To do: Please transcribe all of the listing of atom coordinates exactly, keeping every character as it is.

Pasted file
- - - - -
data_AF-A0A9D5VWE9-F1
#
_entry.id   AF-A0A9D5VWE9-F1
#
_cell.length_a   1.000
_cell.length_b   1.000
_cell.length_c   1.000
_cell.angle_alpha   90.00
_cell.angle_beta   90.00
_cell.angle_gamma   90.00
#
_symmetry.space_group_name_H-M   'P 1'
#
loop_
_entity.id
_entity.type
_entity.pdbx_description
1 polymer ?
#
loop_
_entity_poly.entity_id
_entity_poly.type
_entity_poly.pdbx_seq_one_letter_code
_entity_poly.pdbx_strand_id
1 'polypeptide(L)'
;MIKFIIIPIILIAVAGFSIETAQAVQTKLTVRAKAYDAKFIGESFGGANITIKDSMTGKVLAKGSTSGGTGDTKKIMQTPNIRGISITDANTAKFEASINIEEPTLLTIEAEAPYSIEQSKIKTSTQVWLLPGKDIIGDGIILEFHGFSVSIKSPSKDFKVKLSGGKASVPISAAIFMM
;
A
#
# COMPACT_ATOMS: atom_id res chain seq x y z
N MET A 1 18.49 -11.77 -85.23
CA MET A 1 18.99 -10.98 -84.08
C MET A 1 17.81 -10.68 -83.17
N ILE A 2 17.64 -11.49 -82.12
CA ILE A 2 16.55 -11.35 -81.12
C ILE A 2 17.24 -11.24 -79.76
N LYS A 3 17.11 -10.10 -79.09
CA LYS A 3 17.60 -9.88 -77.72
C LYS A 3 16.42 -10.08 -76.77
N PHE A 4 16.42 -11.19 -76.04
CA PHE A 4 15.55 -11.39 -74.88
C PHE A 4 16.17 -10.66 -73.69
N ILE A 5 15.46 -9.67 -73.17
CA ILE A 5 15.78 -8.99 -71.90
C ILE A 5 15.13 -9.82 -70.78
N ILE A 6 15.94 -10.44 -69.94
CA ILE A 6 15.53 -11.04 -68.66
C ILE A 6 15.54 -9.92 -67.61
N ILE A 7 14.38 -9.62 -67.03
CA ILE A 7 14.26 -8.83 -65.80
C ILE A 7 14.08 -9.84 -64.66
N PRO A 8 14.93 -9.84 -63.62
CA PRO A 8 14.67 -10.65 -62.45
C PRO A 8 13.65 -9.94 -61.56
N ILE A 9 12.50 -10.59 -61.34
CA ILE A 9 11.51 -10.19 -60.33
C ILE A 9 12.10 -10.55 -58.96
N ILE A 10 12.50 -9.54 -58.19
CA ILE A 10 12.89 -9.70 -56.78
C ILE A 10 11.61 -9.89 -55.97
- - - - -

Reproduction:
data_AF-A0A9D5VWE9-F1
#
_entry.id   AF-A0A9D5VWE9-F1
#
_cell.length_a   1.000
_cell.length_b   1.000
_cell.length_c   1.000
_cell.angle_alpha   90.00
_cell.angle_beta   90.00
_cell.angle_gamma   90.00
#
_symmetry.space_group_name_H-M   'P 1'
#
loop_
_entity.id
_entity.type
_entity.pdbx_description
1 polymer ?
#
loop_
_entity_poly.entity_id
_entity_poly.type
_entity_poly.pdbx_seq_one_letter_code
_entity_poly.pdbx_strand_id
1 'polypeptide(L)'
;MIKFIIIPIILIAVAGFSIETAQAVQTKLTVRAKAYDAKFIGESFGGANITIKDSMTGKVLAKGSTSGGTGDTKKIMQTPNIRGISITDANTAKFEASINIEEPTLLTIEAEAPYSIEQSKIKTSTQVWLLPGKDIIGDGIILEFHGFSVSIKSPSKDFKVKLSGGKASVPISAAIFMM
;
A
#
# COMPACT_ATOMS: atom_id res chain seq x y z
N MET A 1 18.49 -11.77 -85.23
CA MET A 1 18.99 -10.98 -84.08
C MET A 1 17.81 -10.68 -83.17
N ILE A 2 17.64 -11.49 -82.12
CA ILE A 2 16.55 -11.35 -81.12
C ILE A 2 17.24 -11.24 -79.76
N LYS A 3 17.11 -10.10 -79.09
CA LYS A 3 17.60 -9.88 -77.72
C LYS A 3 16.42 -10.08 -76.77
N PHE A 4 16.42 -11.19 -76.04
CA PHE A 4 15.55 -11.39 -74.88
C PHE A 4 16.17 -10.66 -73.69
N ILE A 5 15.46 -9.67 -73.17
CA ILE A 5 15.78 -8.99 -71.90
C ILE A 5 15.13 -9.82 -70.78
N ILE A 6 15.94 -10.44 -69.94
CA ILE A 6 15.53 -11.04 -68.66
C ILE A 6 15.54 -9.92 -67.61
N ILE A 7 14.38 -9.62 -67.03
CA ILE A 7 14.26 -8.83 -65.80
C ILE A 7 14.08 -9.84 -64.66
N PRO A 8 14.93 -9.84 -63.62
CA PRO A 8 14.67 -10.65 -62.45
C PRO A 8 13.65 -9.94 -61.56
N ILE A 9 12.50 -10.59 -61.34
CA ILE A 9 11.51 -10.19 -60.33
C ILE A 9 12.10 -10.55 -58.96
N ILE A 10 12.50 -9.54 -58.19
CA ILE A 10 12.89 -9.70 -56.78
C ILE A 10 11.61 -9.89 -55.97